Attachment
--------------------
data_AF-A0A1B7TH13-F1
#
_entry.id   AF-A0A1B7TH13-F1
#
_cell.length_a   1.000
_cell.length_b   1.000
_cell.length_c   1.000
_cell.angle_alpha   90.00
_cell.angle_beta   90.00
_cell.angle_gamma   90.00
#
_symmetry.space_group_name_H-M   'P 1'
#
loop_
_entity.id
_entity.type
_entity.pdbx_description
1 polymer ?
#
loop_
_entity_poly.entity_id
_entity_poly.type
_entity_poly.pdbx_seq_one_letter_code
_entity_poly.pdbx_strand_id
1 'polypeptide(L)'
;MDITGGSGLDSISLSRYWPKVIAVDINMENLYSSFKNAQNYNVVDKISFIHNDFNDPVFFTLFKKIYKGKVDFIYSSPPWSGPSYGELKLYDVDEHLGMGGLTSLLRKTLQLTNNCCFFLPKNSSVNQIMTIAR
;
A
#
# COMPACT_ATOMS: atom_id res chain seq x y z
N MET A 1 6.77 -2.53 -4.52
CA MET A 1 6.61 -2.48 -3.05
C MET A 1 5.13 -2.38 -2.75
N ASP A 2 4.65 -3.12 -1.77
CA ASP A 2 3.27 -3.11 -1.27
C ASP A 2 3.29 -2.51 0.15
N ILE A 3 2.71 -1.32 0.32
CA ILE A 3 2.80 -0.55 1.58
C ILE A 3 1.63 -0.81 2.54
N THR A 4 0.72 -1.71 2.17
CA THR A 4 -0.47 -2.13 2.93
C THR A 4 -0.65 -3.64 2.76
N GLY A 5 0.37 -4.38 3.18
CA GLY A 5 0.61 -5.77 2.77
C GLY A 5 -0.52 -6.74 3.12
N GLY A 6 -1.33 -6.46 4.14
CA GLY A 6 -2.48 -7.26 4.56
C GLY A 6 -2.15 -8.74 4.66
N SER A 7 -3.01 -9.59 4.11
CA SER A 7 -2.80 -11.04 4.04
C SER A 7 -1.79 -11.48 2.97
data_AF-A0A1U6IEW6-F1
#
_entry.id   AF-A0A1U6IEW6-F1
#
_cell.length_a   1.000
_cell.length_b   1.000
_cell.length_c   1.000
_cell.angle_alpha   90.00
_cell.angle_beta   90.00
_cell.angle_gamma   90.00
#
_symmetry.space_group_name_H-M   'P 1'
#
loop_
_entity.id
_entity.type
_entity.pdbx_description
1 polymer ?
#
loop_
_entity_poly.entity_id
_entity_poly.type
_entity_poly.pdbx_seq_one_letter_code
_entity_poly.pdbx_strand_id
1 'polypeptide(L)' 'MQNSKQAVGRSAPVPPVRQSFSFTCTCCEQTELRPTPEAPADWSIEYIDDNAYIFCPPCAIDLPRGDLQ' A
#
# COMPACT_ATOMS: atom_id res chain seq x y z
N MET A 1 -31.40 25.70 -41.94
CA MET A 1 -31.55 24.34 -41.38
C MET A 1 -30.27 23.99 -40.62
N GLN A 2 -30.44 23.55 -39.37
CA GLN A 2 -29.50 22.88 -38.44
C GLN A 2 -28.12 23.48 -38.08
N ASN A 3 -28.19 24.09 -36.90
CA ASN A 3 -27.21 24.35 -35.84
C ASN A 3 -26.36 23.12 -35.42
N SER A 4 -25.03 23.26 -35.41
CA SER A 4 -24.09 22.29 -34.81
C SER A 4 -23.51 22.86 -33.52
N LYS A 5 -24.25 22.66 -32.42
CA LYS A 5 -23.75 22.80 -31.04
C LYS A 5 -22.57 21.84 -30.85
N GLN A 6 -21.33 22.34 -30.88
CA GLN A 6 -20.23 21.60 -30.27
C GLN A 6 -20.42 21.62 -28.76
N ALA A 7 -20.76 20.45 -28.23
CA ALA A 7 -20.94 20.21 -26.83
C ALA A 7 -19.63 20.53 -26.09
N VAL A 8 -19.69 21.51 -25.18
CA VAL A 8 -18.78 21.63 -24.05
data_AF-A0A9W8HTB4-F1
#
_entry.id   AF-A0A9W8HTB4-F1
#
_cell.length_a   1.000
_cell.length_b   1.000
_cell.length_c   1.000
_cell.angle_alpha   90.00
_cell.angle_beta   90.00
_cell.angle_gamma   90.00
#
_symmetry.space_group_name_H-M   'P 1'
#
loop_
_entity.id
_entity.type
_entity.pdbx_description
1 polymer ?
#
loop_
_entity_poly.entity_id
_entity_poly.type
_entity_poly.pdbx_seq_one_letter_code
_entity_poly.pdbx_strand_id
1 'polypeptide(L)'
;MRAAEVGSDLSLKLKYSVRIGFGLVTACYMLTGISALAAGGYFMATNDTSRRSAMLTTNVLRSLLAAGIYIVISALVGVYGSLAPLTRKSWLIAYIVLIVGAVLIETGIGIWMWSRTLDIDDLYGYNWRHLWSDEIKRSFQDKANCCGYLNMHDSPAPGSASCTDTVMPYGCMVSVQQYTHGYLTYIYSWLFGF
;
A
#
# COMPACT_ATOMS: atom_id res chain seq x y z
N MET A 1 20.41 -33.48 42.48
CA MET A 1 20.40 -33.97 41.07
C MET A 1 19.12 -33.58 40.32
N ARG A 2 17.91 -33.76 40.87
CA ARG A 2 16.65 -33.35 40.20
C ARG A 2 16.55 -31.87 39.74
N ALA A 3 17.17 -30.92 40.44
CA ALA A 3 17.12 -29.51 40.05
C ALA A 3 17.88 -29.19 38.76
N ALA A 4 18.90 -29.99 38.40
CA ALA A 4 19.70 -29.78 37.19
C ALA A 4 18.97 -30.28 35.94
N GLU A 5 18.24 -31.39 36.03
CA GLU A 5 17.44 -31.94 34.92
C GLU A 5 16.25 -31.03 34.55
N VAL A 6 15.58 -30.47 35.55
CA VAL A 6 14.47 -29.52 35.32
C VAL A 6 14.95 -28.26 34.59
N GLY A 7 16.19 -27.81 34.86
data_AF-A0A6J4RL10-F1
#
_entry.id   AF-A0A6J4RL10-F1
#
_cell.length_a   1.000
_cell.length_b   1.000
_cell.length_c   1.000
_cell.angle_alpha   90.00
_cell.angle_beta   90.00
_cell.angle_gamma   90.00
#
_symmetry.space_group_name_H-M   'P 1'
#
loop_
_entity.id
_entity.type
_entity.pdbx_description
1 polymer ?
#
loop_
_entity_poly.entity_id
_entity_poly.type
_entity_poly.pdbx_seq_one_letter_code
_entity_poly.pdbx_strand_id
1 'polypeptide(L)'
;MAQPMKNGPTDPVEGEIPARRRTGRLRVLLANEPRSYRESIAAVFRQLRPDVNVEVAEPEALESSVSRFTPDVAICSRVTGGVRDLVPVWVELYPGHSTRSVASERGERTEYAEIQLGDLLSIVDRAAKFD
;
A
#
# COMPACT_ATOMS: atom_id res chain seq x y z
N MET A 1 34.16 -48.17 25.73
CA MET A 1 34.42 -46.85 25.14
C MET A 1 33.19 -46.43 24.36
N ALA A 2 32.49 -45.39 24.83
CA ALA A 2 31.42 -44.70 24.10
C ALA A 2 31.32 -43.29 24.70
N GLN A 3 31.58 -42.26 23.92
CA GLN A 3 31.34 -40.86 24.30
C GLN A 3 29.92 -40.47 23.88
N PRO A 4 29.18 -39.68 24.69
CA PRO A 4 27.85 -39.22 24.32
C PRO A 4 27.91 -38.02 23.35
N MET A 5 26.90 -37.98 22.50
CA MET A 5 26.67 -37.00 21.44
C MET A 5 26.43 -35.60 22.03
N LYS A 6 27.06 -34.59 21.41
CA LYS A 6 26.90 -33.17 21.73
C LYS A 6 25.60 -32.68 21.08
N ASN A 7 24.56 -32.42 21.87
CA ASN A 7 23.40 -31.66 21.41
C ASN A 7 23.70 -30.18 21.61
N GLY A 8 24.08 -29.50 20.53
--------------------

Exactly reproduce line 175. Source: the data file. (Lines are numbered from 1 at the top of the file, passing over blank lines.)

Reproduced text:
1 'polypeptide(L)'